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Death Decisions Deciding Who Gets What in Your Will

Your last will and testament is an important legal document that allows your family to carry out your wishes. You may not want to think about the time when you will die, but some careful thought and planning when writing your will can save your family members much heartache and even money when you do die. The last thing you want is for family fights to break out at the funeral over the inheritance. Here are some of the items you should consider when making your will and deciding who should receive what possessions you have when you die.


An executor is the person who is legally responsible for executing or meeting the terms of the will and will carry out other legal obligations, such as closing bank accounts, paying remaining debts of the estate, and notifying the appropriate authorities of the death. A husband and wife will usually nominate each other as executors of the will, so that if one passes away before the other one, the remaining spouse has control over important legal issues such as the mortgage. However, you should also name a secondary executor in case you both die at the same time, such as in a car accident. You could name an adult child or a trusted friend as executor of the will in the case of an aging and widowed parent.

Guardian and Trustee of Any under Age Children

Since you are not likely to update your will very often, it is advisable to consider who will be the legal guardian and trustee of any under-age children at the time of your death. You can do this even if you have no children yet. You name your spouse first and then a secondary guardian to ensure your children will go to someone you love and trust with such an important charge if you both happen to die at the same time. You may like to discuss the issue with your chosen guardian before you name the guardian in your will.

Fair Distribution of Wealth

You can decide what will be a fair distribution of your wealth. Your spouse should inherit everything if you predecease your spouse, but consider whom you would want to inherit if your spouse dies too. Generally, you split the inheritance equally among family members who are the same level; however, there may be some circumstances where you decide on an uneven split. If you do decide to split the inheritance unevenly, it is better to provide an explanation within the will to show you have considered the situation and to prevent the family contesting the will.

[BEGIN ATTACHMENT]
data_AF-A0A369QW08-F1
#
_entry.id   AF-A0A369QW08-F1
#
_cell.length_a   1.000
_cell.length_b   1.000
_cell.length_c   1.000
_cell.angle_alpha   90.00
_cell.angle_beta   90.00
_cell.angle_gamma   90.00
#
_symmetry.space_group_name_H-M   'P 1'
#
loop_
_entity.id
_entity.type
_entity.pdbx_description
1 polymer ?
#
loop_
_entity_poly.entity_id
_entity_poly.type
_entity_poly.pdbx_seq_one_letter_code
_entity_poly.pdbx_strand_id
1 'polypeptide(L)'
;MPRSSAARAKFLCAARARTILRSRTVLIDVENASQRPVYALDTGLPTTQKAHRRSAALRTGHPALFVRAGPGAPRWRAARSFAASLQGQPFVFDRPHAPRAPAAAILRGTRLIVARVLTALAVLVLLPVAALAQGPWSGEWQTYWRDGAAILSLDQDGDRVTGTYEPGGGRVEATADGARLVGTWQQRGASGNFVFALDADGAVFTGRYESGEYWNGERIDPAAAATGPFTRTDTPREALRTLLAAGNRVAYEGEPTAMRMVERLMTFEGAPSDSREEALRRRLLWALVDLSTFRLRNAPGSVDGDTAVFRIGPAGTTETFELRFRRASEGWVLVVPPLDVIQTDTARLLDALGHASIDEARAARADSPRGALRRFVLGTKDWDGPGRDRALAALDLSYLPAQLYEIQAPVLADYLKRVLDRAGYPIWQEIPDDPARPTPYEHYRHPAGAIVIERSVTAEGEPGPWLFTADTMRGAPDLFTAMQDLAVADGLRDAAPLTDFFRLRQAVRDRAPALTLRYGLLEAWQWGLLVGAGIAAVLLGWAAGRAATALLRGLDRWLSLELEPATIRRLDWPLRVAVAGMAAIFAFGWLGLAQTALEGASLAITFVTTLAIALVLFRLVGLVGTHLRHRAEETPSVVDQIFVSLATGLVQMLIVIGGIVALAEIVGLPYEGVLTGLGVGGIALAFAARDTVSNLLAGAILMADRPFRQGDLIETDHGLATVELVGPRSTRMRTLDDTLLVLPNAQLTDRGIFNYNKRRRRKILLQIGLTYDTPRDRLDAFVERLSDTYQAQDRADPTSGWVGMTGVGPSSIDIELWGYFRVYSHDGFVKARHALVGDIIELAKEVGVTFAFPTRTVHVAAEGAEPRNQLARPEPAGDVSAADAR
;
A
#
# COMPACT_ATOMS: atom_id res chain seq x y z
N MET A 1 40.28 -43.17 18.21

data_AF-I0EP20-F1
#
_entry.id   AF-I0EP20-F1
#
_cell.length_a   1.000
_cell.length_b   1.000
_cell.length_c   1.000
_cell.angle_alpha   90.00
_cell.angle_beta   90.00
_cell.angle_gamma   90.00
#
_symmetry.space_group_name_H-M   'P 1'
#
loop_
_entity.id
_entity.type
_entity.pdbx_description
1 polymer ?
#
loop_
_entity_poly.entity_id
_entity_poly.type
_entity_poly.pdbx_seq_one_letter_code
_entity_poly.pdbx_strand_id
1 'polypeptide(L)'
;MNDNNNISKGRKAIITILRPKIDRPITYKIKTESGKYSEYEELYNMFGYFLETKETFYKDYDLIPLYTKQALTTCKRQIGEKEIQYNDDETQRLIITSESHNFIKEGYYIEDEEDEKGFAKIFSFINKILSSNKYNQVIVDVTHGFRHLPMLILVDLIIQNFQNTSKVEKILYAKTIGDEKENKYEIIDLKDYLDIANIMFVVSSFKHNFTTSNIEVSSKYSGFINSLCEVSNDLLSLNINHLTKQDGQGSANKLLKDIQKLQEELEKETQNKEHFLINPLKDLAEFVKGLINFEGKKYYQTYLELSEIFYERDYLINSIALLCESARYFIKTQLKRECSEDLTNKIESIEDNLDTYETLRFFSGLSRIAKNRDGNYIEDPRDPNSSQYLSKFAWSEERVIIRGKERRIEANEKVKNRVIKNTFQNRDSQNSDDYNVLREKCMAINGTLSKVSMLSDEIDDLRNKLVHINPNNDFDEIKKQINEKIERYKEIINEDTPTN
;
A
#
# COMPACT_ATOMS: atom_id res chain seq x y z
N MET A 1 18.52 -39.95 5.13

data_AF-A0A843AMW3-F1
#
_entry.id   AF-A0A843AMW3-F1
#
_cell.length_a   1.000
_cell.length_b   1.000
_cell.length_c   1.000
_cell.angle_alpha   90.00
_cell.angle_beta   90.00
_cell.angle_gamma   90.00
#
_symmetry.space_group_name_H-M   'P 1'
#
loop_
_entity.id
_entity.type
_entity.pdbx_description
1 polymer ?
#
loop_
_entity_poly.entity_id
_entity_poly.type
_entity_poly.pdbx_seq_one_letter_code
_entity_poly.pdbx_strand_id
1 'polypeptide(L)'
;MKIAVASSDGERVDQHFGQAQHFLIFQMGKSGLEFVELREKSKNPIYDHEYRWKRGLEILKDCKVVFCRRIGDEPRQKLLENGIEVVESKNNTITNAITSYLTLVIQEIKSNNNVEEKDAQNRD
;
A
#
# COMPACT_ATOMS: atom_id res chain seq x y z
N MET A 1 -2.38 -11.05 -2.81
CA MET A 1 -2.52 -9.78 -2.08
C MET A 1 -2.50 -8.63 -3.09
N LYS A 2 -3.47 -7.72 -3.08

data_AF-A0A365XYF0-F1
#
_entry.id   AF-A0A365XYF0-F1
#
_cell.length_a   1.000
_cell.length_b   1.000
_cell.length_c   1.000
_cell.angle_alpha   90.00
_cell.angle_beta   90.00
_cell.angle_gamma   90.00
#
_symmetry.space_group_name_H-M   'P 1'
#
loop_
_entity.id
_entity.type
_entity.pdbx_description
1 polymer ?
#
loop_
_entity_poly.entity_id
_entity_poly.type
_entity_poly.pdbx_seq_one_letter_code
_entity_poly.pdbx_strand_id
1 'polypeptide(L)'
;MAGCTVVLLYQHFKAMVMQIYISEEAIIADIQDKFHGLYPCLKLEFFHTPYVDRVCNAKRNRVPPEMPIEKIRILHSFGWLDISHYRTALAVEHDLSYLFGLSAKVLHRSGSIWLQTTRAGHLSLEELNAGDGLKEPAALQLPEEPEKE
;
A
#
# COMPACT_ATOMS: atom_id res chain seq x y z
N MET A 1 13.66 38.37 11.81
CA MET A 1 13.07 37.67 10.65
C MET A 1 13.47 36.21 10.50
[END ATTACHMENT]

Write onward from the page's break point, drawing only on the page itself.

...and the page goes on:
Charity Gifts

Many people like to include a donation to a specific charity within the will. If you want to leave $5000 to the Red Cross, for example, you can write this in your will. The executor pays the money to the charity first, before splitting the rest of inheritance according to the percentage split you have nominated.

Special Bequests

Consider any special items or heirlooms you want to pass down. You may like to bequeath special objects to particular friends and family members. If you have a crystal vase you inherited from your own great grandmother, you may want to pass it on to your daughter, or eldest granddaughter. You can decide to include as many bequests as you like in your will. It is a nice idea to include small remembrances to people who are important in your life. A book, a hand-made quilt, or any item you attach personal significance to can become a cherished way for family and friends to remember you.

Final Words

Your last will and testament include your final words to your loved ones. Some people like to write personal notes and sealed billets to particular loved ones. Others will include a statement about the good influences in their life and even explain personal religious beliefs. The people you love will treasure and remember whatever you say in your last will and testament.
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Article Added on Monday, August 3, 2009
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